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Timothy Fox - Head of Research & Chief Economist
Published Date: 04 April 2019
Risk appetite is continuing amidst talk that the U.S. and China are on track to make a deal on trade, moves towards a soft Brexit in the UK, and improving PMI activity indicators in various parts of the world. Yesterday it was the turn of the service sectors with China’s PMI rising to 54.4 in March from 51.1 in February. Final March Eurozone services PMI data were revised up while Eurozone retail sale came in above forecasts. The UK was the exception with the March services PMI coming in much weaker than expected, below 50.0 to 48.9, and sharply down from February's 51.3. This is the weakest reading since the month following the vote to leave the EU in July 2016, and clearly shows that the UK economy is beginning to show some sensitivity to the political uncertainty related to this event.
Overnight saw the U.S. services ISM slip to 56.1 in March from 59.7 in February, but this reading is still consistent with an overall growth rate of close to 2.0%. Meanwhile the ADP private sector jobs report was also released and showed an increase of 129k jobs in March, which was not quite what had been hoped for and is a signal about what might be expected from the official employment data due out tomorrow.
On the issue of the trade talks, the FT reported that a trade deal is 90% done. This followed generally positive remarks from the President’s economic adviser Larry Kudlow, in which he confirmed that good headway had been made, with President Trump expected to meet Chinese Vice President Liu He today.
On an annual basis, Turkish inflation was almost unchanged in March, rising modestly from 19.67% in February to 19.71%. On a m/m basis, however, price growth accelerated from 0.16% to 1.03%. The central bank will likely keep monetary policy fairly tight following the run on the currency seen in the run-up to Sunday’s municipal elections, with a cautious easing of policy later in the year as base effects from 2018’s currency sell-off pass through.
Source: Bloomberg, Emirates NBD Research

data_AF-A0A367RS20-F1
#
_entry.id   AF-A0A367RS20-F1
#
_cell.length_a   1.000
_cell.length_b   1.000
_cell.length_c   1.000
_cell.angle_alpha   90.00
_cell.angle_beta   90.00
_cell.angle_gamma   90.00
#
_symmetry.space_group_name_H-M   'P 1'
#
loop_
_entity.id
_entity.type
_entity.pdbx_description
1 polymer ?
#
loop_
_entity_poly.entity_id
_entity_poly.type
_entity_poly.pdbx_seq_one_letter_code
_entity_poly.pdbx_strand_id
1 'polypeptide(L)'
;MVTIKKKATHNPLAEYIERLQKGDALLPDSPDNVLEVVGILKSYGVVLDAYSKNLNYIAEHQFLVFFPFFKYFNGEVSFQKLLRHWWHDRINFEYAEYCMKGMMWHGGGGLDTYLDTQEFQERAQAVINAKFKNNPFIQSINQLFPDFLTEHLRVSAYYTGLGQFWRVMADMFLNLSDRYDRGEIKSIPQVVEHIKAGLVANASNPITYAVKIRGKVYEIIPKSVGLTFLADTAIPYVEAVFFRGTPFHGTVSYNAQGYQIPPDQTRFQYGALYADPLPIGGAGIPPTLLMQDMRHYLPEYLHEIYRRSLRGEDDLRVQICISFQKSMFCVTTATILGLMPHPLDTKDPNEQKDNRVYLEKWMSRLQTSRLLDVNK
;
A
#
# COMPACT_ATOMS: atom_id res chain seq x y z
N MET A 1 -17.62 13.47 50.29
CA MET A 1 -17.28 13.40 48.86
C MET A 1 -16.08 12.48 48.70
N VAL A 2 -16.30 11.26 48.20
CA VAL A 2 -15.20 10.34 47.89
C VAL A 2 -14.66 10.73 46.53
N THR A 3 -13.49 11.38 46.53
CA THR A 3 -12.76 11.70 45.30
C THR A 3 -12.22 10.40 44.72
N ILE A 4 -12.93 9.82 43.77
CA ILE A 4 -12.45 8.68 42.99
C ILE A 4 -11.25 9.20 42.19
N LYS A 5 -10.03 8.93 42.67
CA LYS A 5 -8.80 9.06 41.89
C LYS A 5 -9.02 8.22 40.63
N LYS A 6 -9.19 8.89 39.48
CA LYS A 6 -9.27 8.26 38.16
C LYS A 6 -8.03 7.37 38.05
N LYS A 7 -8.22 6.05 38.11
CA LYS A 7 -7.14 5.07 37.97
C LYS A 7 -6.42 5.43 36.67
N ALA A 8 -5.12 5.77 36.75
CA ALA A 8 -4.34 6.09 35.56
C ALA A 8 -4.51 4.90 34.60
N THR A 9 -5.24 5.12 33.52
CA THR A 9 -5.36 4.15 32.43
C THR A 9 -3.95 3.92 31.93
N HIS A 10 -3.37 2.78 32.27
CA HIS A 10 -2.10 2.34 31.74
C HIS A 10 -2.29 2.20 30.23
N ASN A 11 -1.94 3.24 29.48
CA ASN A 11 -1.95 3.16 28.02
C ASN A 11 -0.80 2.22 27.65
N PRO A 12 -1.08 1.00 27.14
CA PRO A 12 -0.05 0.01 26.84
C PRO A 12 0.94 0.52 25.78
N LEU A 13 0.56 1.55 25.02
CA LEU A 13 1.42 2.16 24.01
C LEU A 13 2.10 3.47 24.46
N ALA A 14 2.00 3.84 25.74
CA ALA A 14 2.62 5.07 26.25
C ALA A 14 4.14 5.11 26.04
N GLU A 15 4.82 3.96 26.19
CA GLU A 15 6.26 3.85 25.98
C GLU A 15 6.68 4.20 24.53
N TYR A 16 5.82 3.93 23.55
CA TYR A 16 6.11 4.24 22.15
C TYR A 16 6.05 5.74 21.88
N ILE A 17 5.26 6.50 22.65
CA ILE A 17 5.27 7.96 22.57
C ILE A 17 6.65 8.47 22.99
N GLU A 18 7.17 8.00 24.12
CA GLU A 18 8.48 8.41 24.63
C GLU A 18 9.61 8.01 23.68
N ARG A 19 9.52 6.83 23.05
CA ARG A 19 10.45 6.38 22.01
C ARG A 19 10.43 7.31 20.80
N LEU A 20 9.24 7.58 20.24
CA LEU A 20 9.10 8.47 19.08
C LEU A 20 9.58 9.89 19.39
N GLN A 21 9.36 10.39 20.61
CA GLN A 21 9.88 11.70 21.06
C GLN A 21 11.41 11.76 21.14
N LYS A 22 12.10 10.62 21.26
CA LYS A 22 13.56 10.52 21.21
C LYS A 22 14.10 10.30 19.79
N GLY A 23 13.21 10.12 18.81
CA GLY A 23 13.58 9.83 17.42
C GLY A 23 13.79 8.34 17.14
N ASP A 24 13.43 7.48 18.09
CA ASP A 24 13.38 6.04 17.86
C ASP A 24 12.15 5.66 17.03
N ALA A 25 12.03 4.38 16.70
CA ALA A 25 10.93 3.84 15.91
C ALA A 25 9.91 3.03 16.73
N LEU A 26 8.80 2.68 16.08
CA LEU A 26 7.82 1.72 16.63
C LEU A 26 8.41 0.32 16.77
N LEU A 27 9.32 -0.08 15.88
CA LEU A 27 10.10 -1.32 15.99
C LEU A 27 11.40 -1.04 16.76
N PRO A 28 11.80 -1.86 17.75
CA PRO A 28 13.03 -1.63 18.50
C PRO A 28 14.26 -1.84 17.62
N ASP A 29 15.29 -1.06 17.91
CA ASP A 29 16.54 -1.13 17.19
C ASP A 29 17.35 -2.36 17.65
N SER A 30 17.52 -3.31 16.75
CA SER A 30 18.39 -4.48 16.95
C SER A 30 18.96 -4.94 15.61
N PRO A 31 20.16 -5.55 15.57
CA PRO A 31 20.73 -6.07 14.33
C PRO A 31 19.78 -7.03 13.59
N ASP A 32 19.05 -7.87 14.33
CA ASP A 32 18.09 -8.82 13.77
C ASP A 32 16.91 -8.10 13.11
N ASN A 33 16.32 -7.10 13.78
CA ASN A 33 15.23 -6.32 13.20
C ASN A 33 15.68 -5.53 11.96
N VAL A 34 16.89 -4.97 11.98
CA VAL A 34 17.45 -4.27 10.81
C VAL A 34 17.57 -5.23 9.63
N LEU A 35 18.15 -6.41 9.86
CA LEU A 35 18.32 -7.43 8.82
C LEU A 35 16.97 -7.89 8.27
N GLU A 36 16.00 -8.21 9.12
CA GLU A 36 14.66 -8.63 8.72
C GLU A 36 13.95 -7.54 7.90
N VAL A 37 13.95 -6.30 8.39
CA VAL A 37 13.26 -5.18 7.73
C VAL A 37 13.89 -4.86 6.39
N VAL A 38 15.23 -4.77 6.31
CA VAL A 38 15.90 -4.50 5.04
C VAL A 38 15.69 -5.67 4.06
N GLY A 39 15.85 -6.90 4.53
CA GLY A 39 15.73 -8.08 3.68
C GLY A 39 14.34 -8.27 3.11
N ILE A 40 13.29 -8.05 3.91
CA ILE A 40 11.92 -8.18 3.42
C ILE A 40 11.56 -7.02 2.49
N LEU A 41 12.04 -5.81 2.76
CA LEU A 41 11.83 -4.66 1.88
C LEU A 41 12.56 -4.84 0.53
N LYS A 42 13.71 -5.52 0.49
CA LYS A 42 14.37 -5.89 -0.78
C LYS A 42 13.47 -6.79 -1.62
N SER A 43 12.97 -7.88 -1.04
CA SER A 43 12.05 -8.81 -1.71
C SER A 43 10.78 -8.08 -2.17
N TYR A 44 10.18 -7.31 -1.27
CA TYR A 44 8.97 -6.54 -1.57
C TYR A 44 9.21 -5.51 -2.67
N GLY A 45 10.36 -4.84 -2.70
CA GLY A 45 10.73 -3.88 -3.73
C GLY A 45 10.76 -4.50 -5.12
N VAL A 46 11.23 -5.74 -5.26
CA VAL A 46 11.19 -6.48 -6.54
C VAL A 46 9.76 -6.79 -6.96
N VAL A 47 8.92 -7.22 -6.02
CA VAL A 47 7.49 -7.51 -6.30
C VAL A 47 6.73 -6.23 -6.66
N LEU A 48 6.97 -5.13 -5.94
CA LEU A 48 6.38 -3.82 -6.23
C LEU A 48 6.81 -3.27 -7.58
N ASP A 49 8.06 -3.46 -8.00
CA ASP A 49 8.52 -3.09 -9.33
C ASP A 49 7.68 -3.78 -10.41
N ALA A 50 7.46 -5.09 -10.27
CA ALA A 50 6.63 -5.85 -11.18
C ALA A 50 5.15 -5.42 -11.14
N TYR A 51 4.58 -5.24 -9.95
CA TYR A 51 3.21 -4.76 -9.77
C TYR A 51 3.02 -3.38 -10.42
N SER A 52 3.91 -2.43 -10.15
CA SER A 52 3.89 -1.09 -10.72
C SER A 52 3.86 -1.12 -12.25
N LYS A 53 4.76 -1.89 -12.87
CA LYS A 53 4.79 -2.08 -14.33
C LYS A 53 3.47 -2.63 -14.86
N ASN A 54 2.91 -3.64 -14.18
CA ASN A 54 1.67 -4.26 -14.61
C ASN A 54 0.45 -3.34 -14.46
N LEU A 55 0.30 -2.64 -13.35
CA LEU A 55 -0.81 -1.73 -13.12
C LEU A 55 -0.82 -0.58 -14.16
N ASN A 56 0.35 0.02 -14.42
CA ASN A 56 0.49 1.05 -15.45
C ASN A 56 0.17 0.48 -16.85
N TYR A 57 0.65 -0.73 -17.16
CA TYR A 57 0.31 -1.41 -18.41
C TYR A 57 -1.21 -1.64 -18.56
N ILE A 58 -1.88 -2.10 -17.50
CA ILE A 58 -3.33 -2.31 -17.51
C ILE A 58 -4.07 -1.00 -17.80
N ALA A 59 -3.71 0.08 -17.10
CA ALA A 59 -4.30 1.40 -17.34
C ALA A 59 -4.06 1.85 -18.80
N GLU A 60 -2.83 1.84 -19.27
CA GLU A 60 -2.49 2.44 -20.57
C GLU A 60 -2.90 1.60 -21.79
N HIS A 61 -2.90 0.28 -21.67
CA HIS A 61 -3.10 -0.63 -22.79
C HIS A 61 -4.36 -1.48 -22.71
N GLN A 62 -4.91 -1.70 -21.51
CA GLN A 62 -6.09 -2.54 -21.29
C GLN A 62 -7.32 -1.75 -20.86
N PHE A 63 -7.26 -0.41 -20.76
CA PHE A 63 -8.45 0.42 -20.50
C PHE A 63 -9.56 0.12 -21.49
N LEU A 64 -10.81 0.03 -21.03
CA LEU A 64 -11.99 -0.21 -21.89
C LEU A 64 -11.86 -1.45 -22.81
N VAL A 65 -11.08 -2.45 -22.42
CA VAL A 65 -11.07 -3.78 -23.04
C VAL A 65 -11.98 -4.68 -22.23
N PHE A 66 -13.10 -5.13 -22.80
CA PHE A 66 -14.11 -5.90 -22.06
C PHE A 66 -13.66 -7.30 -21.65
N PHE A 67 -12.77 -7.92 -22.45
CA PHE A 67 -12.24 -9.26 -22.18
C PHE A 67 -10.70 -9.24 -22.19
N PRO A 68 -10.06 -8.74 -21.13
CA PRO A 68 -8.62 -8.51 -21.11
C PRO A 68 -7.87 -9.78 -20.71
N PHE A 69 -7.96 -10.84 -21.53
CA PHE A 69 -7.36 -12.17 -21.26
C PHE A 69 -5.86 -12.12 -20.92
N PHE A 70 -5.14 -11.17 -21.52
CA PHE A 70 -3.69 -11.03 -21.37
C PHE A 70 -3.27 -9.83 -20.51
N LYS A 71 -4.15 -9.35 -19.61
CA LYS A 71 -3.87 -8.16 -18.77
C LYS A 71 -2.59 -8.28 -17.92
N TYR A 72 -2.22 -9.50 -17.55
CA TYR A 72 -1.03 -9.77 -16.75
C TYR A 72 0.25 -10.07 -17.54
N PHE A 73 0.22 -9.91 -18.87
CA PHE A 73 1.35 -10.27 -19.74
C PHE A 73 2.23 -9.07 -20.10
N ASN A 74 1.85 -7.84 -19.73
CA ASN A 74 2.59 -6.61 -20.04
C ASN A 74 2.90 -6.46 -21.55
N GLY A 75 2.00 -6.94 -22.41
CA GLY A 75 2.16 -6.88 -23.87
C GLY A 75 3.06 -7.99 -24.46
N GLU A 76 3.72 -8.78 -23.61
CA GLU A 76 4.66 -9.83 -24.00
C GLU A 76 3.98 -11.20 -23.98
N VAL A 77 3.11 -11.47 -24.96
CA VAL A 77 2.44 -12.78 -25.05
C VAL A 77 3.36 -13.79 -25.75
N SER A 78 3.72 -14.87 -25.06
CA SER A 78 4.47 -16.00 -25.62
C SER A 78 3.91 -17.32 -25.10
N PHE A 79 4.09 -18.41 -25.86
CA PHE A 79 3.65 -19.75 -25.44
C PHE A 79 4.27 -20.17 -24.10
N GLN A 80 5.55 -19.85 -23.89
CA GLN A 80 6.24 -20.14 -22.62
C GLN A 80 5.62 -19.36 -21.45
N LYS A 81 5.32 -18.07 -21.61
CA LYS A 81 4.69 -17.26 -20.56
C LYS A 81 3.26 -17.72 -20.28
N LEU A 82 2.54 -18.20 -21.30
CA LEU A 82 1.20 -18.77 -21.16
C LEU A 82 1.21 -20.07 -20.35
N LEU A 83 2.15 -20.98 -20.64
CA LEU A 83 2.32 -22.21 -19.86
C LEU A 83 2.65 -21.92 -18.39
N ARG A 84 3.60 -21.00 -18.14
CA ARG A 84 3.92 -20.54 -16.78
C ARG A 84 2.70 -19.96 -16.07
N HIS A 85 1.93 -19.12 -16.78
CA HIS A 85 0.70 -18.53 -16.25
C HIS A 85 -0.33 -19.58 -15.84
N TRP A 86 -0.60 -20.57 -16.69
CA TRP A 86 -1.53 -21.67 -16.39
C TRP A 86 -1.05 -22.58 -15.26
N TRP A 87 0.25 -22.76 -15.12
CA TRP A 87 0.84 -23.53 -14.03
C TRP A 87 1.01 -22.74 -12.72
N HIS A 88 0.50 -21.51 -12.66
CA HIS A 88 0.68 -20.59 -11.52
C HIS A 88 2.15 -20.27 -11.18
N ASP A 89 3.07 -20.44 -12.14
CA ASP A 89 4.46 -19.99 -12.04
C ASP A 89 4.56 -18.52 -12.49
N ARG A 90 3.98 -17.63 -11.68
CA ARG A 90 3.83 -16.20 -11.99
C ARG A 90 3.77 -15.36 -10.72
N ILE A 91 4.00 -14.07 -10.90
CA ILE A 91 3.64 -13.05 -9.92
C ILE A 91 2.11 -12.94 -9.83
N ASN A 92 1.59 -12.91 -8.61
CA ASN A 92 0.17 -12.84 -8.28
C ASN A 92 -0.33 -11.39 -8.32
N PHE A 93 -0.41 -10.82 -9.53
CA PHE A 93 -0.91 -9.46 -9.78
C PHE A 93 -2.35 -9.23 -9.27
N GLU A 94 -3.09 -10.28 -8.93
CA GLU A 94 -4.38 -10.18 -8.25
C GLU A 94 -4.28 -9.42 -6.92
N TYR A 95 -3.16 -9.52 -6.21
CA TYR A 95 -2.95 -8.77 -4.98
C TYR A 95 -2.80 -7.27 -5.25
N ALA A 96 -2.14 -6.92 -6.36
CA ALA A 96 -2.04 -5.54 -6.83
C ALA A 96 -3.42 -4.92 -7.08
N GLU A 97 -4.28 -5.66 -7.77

Treasuries dropped across the board as the curve shifted higher on the back of renewed hopes of an agreement between the US and China on trade deal. Yields on the 2y UST, 5y UST and 10y UST closed at 2.33% (+3 bps), 2.32% (+4 bps) and 2.52% (+5 bps) respectively.
Regional bonds continued to trade in a tight range. The YTW on Bloomberg Barclays GCC Credit and High Yield index remained flat at 4.04% and credit spreads tightened to 164 bps.
Hopes for progress in U.S.-China trade talks took some safe-haven demand away from the USD yesterday, but the FX markets remain relatively subdued overall with little fresh direction. EURUSD traded to 1.1255 highs, while USDJPY dipped to 111.33 lows after the softer services ISM, before rallying to 111.50. Cable remained firm after Labour Leader Corbyn said that the meeting with UK PM May on Brexit had gone ‘very well’ but were ‘inconclusive’, and strengthened further after the UK parliament voted to take a no-deal Brexit off the table overnight. There is now probably little that can get in the way of a soft Brexit, unless the EU decides to force the UK out which seems unlikely.
Global equities closed higher with the S&P 500 index and the Euro Stoxx 50 index adding +0.2% and +1.2% respectively. The move came on back of reports that the US and China are close to announcing a trade deal.
Regionally, the DFM index continued its positive run with gains of +1.1%. Emirates NBD continued its rally with gains of +6.1% while Emaar Properties (-1.4%) saw some profit booking. Additionally, there were reports that Abu Dhabi is looking to merge Abu Dhabi Islamic Bank with First Abu Dhabi Bank.
The recent rally in oil prices paused after US crude inventories jumped the most since January. According to EIA, stockpiles in the US rose by 7.24 million barrels last week. Brent closed at USD 69.31/bbl while WTI ended the day at USD 62.46/bbl.
Economic Calendar for the week
Dubai PMI: Slowest quarter since Q1 2016